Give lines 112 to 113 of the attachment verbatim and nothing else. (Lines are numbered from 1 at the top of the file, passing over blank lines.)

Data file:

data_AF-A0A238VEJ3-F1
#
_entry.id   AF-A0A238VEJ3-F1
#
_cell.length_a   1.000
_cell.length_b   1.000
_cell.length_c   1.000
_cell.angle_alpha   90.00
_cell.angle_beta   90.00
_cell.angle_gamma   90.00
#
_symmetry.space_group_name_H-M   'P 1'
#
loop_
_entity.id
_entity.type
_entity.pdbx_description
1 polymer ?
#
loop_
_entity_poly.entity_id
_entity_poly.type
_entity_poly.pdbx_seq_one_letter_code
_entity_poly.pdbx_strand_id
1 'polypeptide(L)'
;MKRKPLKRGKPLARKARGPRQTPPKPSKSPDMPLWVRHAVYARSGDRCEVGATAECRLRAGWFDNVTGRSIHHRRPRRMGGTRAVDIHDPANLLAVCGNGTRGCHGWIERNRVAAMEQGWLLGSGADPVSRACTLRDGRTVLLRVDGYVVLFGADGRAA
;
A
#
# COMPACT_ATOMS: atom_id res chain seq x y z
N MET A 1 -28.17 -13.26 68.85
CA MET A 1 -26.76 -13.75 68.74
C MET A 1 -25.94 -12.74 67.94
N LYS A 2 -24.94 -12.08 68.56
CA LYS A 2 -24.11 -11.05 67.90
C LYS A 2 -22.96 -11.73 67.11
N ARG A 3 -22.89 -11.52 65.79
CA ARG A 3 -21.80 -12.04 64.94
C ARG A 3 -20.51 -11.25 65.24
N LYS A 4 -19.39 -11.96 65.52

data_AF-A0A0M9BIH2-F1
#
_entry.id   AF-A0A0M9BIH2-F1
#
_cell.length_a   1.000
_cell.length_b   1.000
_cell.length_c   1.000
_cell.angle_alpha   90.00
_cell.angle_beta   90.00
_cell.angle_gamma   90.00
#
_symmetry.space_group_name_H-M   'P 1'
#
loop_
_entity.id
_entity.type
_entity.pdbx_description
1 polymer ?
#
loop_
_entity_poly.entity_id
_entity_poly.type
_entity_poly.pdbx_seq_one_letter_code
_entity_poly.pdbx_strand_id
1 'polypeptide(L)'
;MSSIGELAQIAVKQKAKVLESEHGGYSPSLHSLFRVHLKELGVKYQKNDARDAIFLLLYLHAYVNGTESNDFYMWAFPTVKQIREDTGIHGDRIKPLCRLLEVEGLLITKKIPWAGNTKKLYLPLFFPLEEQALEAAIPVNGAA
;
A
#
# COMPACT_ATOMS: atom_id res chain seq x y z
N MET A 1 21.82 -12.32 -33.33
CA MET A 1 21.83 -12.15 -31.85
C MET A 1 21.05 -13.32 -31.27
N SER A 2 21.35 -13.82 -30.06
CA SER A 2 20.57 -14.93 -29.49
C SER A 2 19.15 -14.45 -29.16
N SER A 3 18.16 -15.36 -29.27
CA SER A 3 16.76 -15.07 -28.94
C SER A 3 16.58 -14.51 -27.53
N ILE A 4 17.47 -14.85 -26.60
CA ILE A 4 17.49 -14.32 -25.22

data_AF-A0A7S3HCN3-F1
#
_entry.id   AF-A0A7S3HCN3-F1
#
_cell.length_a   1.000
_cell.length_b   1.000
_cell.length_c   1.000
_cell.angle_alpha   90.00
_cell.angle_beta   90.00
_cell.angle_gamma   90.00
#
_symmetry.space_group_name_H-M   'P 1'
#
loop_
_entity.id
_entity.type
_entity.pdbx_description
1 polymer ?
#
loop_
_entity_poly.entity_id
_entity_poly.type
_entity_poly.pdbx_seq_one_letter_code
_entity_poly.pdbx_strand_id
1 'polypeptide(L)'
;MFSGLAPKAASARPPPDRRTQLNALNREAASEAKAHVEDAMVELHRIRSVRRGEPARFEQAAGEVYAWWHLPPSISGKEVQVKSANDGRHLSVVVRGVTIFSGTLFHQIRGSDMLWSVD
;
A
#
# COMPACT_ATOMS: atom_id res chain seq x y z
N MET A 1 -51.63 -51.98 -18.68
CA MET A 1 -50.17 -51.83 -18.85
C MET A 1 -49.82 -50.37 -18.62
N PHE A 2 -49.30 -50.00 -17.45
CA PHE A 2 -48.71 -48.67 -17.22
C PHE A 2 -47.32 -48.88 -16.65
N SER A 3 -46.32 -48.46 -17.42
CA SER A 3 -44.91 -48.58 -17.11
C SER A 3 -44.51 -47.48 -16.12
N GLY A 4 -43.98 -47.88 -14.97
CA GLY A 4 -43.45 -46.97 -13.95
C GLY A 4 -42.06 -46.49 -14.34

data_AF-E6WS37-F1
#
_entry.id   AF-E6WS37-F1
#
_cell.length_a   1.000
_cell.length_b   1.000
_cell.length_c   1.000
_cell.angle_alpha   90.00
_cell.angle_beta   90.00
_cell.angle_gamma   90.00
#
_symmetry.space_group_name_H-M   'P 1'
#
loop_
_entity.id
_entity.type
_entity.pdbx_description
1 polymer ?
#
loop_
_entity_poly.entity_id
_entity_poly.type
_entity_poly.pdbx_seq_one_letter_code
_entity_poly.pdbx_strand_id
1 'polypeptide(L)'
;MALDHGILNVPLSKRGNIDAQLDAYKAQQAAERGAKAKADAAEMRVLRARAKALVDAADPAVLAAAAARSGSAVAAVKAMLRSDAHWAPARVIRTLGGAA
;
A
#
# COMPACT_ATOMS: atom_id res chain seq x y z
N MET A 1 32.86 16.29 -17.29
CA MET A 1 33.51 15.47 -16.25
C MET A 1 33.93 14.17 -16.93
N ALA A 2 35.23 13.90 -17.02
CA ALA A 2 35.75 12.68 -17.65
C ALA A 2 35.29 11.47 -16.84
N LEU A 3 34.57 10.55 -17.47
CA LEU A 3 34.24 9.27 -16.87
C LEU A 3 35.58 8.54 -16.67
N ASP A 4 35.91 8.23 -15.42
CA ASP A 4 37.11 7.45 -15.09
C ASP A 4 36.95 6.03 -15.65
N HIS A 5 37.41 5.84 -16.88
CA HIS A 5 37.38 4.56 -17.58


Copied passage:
N MET A 1 -51.63 -51.98 -18.68
CA MET A 1 -50.17 -51.83 -18.85